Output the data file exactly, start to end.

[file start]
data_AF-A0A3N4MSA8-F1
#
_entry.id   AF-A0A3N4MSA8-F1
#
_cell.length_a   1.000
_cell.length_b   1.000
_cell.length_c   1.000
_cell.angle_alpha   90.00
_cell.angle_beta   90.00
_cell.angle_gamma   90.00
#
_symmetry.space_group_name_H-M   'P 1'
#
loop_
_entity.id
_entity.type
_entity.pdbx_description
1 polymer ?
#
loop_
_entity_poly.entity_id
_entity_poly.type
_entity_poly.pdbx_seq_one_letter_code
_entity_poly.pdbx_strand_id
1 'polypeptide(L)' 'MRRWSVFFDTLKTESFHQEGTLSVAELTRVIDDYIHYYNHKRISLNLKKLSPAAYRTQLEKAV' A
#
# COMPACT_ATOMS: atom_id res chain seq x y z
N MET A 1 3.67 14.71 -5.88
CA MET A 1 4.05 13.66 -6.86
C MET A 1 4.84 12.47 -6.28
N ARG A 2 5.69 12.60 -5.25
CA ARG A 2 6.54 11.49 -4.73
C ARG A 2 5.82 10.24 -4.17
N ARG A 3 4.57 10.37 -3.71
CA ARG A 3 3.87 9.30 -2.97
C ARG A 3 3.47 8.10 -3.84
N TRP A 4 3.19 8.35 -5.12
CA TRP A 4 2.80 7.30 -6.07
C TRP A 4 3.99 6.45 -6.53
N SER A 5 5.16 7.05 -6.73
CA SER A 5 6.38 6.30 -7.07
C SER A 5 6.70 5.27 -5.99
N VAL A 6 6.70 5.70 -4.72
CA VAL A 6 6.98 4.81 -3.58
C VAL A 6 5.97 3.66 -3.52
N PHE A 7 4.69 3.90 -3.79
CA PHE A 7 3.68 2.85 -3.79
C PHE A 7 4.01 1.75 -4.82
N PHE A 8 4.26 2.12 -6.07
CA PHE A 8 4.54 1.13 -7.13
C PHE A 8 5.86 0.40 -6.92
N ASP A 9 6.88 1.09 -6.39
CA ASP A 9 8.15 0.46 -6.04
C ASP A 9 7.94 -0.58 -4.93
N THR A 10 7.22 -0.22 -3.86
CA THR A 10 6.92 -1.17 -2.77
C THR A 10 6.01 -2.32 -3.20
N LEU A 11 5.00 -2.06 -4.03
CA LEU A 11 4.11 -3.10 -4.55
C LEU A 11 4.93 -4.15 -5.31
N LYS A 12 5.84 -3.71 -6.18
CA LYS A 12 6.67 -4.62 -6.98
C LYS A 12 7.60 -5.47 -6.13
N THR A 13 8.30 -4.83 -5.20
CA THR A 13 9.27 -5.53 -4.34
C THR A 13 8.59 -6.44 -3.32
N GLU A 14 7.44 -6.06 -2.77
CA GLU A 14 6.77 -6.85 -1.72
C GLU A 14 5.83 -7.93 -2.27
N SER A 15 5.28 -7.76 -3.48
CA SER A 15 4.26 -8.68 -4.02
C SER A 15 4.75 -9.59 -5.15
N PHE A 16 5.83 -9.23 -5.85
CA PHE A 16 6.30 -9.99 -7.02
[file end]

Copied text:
data_AF-A0A3N4MSA8-F1
#
_entry.id   AF-A0A3N4MSA8-F1
#
_cell.length_a   1.000
_cell.length_b   1.000
_cell.length_c   1.000
_cell.angle_alpha   90.00
_cell.angle_beta   90.00
_cell.angle_gamma   90.00
#
_symmetry.space_group_name_H-M   'P 1'
#
loop_
_entity.id
_entity.type
_entity.pdbx_description
1 polymer ?
#
loop_
_entity_poly.entity_id
_entity_poly.type
_entity_poly.pdbx_seq_one_letter_code
_entity_poly.pdbx_strand_id
1 'polypeptide(L)' 'MRRWSVFFDTLKTESFHQEGTLSVAELTRVIDDYIHYYNHKRISLNLKKLSPAAYRTQLEKAV' A
#
# COMPACT_ATOMS: atom_id res chain seq x y z
N MET A 1 3.67 14.71 -5.88
CA MET A 1 4.05 13.66 -6.86
C MET A 1 4.84 12.47 -6.28
N ARG A 2 5.69 12.60 -5.25
CA ARG A 2 6.54 11.49 -4.73
C ARG A 2 5.82 10.24 -4.17
N ARG A 3 4.57 10.37 -3.71
CA ARG A 3 3.87 9.30 -2.97
C ARG A 3 3.47 8.10 -3.84
N TRP A 4 3.19 8.35 -5.12
CA TRP A 4 2.80 7.30 -6.07
C TRP A 4 3.99 6.45 -6.53
N SER A 5 5.16 7.05 -6.73
CA SER A 5 6.38 6.30 -7.07
C SER A 5 6.70 5.27 -5.99
N VAL A 6 6.70 5.70 -4.72
CA VAL A 6 6.98 4.81 -3.58
C VAL A 6 5.97 3.66 -3.52
N PHE A 7 4.69 3.90 -3.79
CA PHE A 7 3.68 2.85 -3.79
C PHE A 7 4.01 1.75 -4.82
N PHE A 8 4.26 2.12 -6.07
CA PHE A 8 4.54 1.13 -7.13
C PHE A 8 5.86 0.40 -6.92
N ASP A 9 6.88 1.09 -6.39
CA ASP A 9 8.15 0.46 -6.04
C ASP A 9 7.94 -0.58 -4.93
N THR A 10 7.22 -0.22 -3.86
CA THR A 10 6.92 -1.17 -2.77
C THR A 10 6.01 -2.32 -3.20
N LEU A 11 5.00 -2.06 -4.03
CA LEU A 11 4.11 -3.10 -4.55
C LEU A 11 4.93 -4.15 -5.31
N LYS A 12 5.84 -3.71 -6.18
CA LYS A 12 6.67 -4.62 -6.98
C LYS A 12 7.60 -5.47 -6.13
N THR A 13 8.30 -4.83 -5.20
CA THR A 13 9.27 -5.53 -4.34
C THR A 13 8.59 -6.44 -3.32
N GLU A 14 7.44 -6.06 -2.77
CA GLU A 14 6.77 -6.85 -1.72
C GLU A 14 5.83 -7.93 -2.27
N SER A 15 5.28 -7.76 -3.48
CA SER A 15 4.26 -8.68 -4.02
C SER A 15 4.75 -9.59 -5.15
N PHE A 16 5.83 -9.23 -5.85
CA PHE A 16 6.30 -9.99 -7.02